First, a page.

1. A worthy note. I do think however that this depends on your frequency of cleaning using the citric acid. I’ve had no such issues over more than a decade of ownership.

  11. my bad that never really cleaned it (forgot how many years, might be 3-4 years). Suddenly one day the water had bad taste, hence I am doing the internet search. Any idea if I do not “officially” clean it, this is normal behavior? Before I find this post, I just water cleaned it and rested it for a day. When I restart, the water was fine and after 1 day I can feel the bad taste….—> curious to know if this is the expected behavior due to my bad or no maintenance?

  12. I don’t even bother with the cleaning cycle: I just mix the citric acid (about 2 1/2 Tbsp w 1 cup warm tap water), add to the empty Zojirushi boiler, and fill the rest of way (to the “max” line) with regular tap water. Then I just set it to boil – no cleaning cycle – and follow the rest of the instructions. This has always removed all the calcium deposits from my Zoji. (Note that this cleaning is only for the purpose of removing mineral deposits, and there is no need for extensive boiling unless your unit is heavily encrusted with minerals.)

    1. Your method is satisfactory. I followed the manufacturer instructions after discovering after some great time that cleaning was even required. Since the process was new to me, the care of the device was something I felt the manufacturer’s steps would be best to follow until I was more comfortable experimenting.

  13. I just cleaned my Zoji properly with the Citric Acid cleaner on
    March 1, 2018 and today April 18, 2018 it has some white
    powdery film on the insides and same sediments piled up
    near the wire filter in the bottom.

    Now I read that I can also activate the self-cleaning method
    of the Zoji by holding down the reboil buttom for awhile.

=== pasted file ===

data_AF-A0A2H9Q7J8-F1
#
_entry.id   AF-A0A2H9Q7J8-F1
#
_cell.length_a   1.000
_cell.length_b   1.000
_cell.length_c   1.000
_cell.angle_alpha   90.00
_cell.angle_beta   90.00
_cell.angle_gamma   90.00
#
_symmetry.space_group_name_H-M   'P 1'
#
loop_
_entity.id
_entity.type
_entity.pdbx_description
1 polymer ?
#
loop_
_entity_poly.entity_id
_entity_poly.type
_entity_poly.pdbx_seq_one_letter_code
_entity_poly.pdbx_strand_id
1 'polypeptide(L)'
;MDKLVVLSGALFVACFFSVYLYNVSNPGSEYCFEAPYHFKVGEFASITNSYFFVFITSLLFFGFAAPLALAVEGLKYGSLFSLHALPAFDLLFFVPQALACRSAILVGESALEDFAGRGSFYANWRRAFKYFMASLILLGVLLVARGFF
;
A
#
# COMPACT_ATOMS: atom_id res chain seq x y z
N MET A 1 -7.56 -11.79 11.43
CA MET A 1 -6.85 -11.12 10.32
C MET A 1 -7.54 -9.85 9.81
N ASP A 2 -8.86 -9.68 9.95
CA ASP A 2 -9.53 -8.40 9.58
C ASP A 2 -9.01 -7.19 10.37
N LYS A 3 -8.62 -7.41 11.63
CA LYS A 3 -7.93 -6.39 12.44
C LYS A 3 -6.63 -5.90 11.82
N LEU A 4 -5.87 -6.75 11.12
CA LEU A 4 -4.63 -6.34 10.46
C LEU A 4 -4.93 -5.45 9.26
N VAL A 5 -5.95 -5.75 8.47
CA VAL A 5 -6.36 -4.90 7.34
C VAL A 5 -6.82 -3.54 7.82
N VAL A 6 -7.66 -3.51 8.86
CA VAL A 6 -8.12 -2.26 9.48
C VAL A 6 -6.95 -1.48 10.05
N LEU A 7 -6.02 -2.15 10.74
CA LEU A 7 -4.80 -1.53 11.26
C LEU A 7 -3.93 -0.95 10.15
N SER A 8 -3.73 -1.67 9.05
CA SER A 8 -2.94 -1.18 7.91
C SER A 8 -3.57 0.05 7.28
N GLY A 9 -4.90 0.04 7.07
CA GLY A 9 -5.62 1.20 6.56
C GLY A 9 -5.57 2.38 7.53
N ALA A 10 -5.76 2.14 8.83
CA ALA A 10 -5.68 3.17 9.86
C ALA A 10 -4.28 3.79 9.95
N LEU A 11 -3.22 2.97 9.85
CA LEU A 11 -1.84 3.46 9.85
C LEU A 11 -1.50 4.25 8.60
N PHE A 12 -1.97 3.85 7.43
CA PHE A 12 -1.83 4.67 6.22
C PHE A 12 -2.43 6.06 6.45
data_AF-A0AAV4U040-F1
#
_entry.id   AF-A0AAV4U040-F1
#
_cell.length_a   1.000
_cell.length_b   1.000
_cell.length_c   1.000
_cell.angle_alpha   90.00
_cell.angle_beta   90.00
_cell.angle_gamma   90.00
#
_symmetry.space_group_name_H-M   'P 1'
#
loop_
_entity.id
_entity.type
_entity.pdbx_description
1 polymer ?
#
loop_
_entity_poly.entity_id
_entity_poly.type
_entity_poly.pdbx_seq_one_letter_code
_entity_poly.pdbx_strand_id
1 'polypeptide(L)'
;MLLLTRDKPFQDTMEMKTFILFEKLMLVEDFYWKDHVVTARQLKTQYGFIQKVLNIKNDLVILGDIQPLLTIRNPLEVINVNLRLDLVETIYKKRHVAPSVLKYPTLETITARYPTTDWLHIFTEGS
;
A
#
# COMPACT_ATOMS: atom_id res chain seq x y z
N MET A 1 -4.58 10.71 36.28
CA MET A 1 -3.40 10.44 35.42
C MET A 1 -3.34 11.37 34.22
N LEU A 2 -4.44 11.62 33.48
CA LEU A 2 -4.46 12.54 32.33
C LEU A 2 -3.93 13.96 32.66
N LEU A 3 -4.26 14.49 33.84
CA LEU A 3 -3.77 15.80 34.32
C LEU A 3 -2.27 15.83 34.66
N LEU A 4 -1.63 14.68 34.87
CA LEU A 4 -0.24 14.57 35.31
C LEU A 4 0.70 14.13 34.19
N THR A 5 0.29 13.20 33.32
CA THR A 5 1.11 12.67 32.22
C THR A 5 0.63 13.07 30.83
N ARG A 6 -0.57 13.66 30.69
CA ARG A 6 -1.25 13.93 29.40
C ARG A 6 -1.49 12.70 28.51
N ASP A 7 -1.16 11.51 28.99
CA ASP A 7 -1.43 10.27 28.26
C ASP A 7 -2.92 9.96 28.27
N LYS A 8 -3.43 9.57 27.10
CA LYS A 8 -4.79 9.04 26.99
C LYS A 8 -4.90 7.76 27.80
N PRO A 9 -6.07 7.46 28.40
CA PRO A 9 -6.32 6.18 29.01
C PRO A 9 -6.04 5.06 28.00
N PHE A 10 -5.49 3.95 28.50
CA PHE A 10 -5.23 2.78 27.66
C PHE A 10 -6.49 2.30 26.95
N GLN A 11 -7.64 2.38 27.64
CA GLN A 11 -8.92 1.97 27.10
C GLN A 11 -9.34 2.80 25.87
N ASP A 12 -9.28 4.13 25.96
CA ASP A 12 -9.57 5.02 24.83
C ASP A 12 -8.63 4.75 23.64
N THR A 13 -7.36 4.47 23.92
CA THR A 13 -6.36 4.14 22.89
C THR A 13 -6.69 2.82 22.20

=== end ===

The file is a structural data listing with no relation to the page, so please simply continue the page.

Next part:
will that activate without the Citric acid cleaner??

    1. It will. Though the white film is likely from the citric acid not fully dissolving. The cleaning mode should help there too. Just follow the cleaning instructions and you should be good to go!

    1. Zojirushi’s packets come with about 0.5oz (~15g) per cleaning packet.

      I would probably recommend around that amount. I don’t know if more would hard the device, but less may not get the job done.

  14. We bought our Zojirushi when our daughter was 6 months old for the endless supply of hit water we seemed to be in constant need of. It’s been a staple on the kitchen counter all year ever since. Our daughter is now a freshman in college and that Zojirushi is still going strong. Or is it? The water doesn’t taste the same… I confess to not cleaning it as often as I apparently should have over the years… what is the usual lifespan of these appliances?

    1. I have three, of varying ages. My first was purchased in 2006, and it has been running all day every day with periodic cleaning (after realizing it was needed). That’s 13 years of pretty much non-stop use!

      I don’t know if Zoji would recommend a top-end on the lifespan or not. But I will use mine until they die for sure!

  15. Hi, thanks for the great info! My Zojirushi just stopped distributing water. Instead it makes a strange noise when I press the button. Have you heard of this happening? Do you think cleaning it might fix this? I usually descale every ten days with a bit of vinegar in the bottom, but the water in my house is mineral heavy, so maybe the inside parts are blocked. Any thoughts?

    1. Zojirushi recommend using citric acid which believe it or not is cheaper than vinegar when bought in bulk.

      I don’t like using vinegar because I feel I can taste it in my tea for a while after using it to clean. But I don’t know if vinegar causes any harm to the device.

      Citric acid should dissolve most particulates stuck in the device though.

  16. I have issues with rust, the steel coated water heater coating has become pitted and the steel has rusted through the coating. We have been very diligent in cleaning the water heater in the prescribed manufacturers manner. But it has become corroded. Is this usual and is it safe to use the unit?